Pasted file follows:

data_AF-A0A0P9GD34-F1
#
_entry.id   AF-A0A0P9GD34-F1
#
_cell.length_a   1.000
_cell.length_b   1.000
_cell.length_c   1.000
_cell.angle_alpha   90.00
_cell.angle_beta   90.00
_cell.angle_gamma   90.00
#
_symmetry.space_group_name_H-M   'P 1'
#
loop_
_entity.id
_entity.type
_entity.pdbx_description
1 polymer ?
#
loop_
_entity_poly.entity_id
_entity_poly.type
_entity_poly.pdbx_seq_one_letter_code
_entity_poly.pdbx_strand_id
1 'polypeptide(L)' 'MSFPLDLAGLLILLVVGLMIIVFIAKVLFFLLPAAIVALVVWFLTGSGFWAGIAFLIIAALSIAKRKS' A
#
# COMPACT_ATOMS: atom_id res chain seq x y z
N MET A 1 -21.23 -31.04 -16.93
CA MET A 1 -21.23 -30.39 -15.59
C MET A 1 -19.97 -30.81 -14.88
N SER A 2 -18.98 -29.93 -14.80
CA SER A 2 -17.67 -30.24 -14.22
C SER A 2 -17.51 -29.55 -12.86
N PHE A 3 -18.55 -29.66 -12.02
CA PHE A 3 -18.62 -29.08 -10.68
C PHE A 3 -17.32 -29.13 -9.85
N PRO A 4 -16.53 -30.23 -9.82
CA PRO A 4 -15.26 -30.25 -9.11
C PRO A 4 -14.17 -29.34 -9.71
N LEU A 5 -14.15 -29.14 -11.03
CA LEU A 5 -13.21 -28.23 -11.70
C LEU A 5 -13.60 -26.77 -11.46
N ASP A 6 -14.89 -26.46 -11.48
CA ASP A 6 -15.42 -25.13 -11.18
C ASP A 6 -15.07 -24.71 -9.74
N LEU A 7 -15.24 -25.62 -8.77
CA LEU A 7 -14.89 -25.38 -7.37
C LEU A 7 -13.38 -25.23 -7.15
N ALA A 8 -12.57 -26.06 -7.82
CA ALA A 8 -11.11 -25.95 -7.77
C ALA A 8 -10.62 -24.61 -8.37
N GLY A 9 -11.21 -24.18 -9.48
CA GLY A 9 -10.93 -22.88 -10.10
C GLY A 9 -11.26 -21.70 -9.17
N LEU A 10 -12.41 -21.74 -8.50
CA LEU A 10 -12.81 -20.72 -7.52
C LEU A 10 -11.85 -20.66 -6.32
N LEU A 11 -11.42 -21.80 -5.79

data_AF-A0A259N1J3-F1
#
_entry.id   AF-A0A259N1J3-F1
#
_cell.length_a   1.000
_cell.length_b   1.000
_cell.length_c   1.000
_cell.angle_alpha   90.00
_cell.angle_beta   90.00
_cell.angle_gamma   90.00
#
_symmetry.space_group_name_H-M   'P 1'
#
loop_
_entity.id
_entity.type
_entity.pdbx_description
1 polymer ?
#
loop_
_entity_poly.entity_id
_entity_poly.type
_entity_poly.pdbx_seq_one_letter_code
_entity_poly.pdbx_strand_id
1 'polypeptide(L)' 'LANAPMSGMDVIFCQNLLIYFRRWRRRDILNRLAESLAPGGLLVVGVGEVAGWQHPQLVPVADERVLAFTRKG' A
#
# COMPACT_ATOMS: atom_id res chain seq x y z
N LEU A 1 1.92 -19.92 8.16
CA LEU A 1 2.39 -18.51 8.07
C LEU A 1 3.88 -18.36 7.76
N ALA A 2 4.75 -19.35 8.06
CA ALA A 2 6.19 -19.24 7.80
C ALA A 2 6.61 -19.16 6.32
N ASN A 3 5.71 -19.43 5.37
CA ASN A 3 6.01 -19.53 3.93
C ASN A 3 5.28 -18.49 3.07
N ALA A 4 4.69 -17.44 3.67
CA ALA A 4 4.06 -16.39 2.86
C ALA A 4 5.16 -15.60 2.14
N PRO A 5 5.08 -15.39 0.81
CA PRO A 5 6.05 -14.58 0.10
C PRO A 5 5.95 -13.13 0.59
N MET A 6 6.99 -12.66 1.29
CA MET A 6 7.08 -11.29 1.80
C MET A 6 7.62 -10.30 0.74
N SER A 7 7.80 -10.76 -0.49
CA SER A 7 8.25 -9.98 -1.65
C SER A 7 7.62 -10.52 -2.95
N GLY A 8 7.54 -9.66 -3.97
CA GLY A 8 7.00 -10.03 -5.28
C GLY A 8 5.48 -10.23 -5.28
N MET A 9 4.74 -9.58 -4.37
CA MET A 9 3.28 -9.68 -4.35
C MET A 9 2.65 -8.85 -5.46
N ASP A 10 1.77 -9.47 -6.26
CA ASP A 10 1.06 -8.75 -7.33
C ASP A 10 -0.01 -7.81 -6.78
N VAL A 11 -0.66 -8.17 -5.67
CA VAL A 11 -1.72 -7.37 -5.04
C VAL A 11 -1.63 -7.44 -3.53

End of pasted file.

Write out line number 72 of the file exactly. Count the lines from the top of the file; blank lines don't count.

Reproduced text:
loop_